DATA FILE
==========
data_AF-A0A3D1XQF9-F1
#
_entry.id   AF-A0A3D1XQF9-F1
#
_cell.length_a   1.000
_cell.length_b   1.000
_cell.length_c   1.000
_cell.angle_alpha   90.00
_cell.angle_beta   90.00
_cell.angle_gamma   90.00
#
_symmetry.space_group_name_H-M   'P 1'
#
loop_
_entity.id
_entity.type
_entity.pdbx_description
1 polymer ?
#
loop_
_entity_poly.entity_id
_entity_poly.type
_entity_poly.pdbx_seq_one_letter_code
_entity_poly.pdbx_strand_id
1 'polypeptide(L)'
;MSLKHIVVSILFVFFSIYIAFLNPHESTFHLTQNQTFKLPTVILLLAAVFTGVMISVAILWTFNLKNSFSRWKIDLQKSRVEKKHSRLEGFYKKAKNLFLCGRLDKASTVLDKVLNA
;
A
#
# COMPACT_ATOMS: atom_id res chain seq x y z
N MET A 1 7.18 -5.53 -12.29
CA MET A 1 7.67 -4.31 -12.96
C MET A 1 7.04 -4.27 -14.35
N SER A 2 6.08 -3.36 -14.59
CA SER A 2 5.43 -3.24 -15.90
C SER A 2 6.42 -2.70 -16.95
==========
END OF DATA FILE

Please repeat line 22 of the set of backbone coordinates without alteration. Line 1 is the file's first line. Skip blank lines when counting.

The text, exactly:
_entity_poly.type